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The 5 Most Preventable Financial Mistakes You're (Probably) Making

Don't be an idiot—at least not with your money. Here's how to avoid these all-too-common pitfalls.
The 5 Most Preventable Financial Mistakes You're (Probably) Making

On second and goal, Seattle Seahawks coach Pete Carroll called for a pass instead of sending Marshawn Lynch plowing across the goal line. Ben Affleck hopped a private jet from the Bahamas to Vegas with his nanny instead of his Hollywood-actress wife. Shame-faced Volkswagen execs admitted they’d tweaked the software in their diesel engines to be able to cheat on emissions tests. 

Chances are, you committed some absolutely avoidable, almost comically boneheaded errors this year, too—with your money. And while they may not be on the same level as whiffing on a surefire Super Bowl win, making Jennifer Garner want to divorce you, or losing upwards of $18 billion on a single vehicle recall, they cost you nonetheless. 

So I asked several financial experts to tell us the most expensive preventable mistakes they commonly see committed and what to do to avoid them. Because, let’s face it: The worst kind of mistake is the one you saw coming.

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“The biggest unforced error of all.” That’s how Allan Roth, a fee-only financial adviser, describes the habit of boosting your spending in tandem with your income. Why? Because few people who do it end up any happier. To understand why, imagine stepping into an air-conditioned room on a hot day: At first it feels great. Then it just feels normal.

It all comes down to the most basic rule in the book: When you subtract your expenses from your take-home pay, the larger the amount you’re left with, the better off you are.

The easiest way to get a handle on your spending: Recognize the difference between needs and wants, advises Gary Schatsky, founder of Needs include expenses such as rent, utilities, food, 401(k) contributions, and deposits to your savings account. And if you have money left over? Set your priorities. What would make you happier, that new car or a Caribbean vacation?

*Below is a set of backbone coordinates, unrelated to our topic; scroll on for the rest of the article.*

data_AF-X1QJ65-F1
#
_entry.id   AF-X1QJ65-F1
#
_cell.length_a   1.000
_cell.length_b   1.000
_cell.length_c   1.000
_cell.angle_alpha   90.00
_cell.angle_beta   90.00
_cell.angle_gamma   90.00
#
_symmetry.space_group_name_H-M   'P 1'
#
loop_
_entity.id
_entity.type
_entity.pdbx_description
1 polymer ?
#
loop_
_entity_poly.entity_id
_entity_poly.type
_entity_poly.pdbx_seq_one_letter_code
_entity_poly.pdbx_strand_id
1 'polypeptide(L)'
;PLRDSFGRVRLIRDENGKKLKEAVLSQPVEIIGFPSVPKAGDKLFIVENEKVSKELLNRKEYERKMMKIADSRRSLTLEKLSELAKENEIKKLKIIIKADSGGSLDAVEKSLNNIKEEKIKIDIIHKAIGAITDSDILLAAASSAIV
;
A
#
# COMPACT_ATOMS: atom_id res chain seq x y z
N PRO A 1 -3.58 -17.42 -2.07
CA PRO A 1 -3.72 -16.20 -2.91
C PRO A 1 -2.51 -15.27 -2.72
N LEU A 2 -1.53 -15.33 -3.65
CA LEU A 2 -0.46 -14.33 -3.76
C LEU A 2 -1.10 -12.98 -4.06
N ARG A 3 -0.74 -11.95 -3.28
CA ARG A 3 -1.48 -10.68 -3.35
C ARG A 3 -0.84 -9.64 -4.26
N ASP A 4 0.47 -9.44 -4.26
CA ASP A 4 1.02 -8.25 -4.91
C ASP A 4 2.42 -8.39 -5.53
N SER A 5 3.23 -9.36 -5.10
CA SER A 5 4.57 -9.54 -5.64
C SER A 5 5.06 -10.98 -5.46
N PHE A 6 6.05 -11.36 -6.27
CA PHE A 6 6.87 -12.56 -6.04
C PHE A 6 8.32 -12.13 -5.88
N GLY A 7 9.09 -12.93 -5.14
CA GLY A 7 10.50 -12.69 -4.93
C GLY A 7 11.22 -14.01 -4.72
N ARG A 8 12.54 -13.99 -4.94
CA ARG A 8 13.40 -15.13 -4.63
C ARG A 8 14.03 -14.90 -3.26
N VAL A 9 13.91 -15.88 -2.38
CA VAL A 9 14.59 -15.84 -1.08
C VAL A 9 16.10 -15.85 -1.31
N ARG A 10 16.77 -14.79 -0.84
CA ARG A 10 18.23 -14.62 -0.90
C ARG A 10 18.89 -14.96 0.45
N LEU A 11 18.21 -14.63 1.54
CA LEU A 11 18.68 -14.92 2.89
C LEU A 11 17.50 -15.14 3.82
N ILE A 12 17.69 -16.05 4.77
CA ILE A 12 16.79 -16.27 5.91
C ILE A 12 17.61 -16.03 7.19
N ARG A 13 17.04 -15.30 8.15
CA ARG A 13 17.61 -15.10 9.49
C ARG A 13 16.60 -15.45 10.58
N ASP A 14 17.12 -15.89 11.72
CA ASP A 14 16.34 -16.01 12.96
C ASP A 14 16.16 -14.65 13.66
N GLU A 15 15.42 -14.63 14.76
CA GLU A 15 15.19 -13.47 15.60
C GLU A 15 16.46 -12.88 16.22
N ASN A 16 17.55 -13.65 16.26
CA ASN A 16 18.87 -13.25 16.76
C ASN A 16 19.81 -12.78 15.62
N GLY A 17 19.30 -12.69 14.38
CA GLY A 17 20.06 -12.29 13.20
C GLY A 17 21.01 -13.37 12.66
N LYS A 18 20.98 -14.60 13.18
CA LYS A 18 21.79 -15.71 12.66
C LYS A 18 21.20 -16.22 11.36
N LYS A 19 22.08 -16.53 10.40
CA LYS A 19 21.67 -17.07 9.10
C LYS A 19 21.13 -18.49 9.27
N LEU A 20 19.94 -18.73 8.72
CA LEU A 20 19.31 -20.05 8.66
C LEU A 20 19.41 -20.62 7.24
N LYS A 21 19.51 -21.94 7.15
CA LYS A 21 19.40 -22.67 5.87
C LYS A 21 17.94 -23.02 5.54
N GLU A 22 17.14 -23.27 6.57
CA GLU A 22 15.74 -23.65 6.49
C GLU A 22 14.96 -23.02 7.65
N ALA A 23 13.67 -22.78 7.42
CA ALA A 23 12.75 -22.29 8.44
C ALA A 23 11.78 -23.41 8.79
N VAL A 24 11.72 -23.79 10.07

Surprisingly, research suggests the vacation might be the better choice. Dan Ariely, Ph.D., a Duke behavioral economics professor, offers three reasons. First, it takes longer than a week to tire of a beautiful beach, so you’ll leave before the initial joy wears off. Second, the vacation memories will provide happiness long after the trip’s over. And third, you won’t be committing yourself to big spending in the future. A new car needs upkeep, insurance, and, in few years, a shiny new replacement to show off. Not so with a great trip—you’ll never see a better one of those in your neighbor’s driveway.

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“Equity ownership is the best path to long-term wealth creation,” says “Money Honey” Maria Bartiromo, host of Mornings with Maria on Fox Business Network. The numbers back her up: Over the long term, stock returns blow away gold, real estate, bonds, you name it. But 2015 stocks have been a losing proposition in the short term: Think of the market’s recent volatility as a temporary sale.

But you should view the market from a much higher altitude. “Evidence shows that millennials are scared of stocks,” says Roth. “They saw Mom and Dad panic in the dot-com bubble, then lived through the real estate and financial bubble. They learned not to invest.”

Consider, briefly, an alternative: A savings account at Chase pays 0.01% interest—at that rate, you’re set to double your money in just 6,932 years. In other words, after inflation, you’re guaranteed to take a loss. Meanwhile, the stock market has averaged roughly 10% annual returns over the past 90 years. Yes, that’s included vicious bear markets in which even diversified portfolios have been cut in half.

But guys in their 20s and 30s have a huge advantage over older investors: time.